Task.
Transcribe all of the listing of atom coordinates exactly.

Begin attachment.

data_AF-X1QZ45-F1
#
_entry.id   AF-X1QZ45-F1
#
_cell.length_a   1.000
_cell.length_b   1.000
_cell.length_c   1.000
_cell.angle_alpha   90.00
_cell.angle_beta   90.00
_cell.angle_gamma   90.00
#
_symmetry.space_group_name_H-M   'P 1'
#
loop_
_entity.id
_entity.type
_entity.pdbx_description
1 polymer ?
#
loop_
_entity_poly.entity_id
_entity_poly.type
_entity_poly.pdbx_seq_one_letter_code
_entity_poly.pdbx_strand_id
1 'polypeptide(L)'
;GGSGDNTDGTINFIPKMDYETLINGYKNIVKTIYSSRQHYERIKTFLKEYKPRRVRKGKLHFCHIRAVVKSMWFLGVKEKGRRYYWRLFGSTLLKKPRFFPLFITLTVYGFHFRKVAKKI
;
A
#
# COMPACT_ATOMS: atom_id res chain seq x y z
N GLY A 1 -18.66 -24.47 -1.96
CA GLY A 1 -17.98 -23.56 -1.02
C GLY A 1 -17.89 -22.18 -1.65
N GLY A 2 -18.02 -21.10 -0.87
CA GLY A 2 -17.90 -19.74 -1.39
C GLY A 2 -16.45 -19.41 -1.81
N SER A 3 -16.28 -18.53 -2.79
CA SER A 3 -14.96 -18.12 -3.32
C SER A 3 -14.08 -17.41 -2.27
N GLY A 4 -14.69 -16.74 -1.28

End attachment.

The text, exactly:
data_AF-X1QZ45-F1
#
_entry.id   AF-X1QZ45-F1
#
_cell.length_a   1.000
_cell.length_b   1.000
_cell.length_c   1.000
_cell.angle_alpha   90.00
_cell.angle_beta   90.00
_cell.angle_gamma   90.00
#
_symmetry.space_group_name_H-M   'P 1'
#
loop_
_entity.id
_entity.type
_entity.pdbx_description
1 polymer ?
#
loop_
_entity_poly.entity_id
_entity_poly.type
_entity_poly.pdbx_seq_one_letter_code
_entity_poly.pdbx_strand_id
1 'polypeptide(L)'
;GGSGDNTDGTINFIPKMDYETLINGYKNIVKTIYSSRQHYERIKTFLKEYKPRRVRKGKLHFCHIRAVVKSMWFLGVKEKGRRYYWRLFGSTLLKKPRFFPLFITLTVYGFHFRKVAKKI
;
A
#
# COMPACT_ATOMS: atom_id res chain seq x y z
N GLY A 1 -18.66 -24.47 -1.96
CA GLY A 1 -17.98 -23.56 -1.02
C GLY A 1 -17.89 -22.18 -1.65
N GLY A 2 -18.02 -21.10 -0.87
CA GLY A 2 -17.90 -19.74 -1.39
C GLY A 2 -16.45 -19.41 -1.81
N SER A 3 -16.28 -18.53 -2.79
CA SER A 3 -14.96 -18.12 -3.32
C SER A 3 -14.08 -17.41 -2.27
N GLY A 4 -14.69 -16.74 -1.28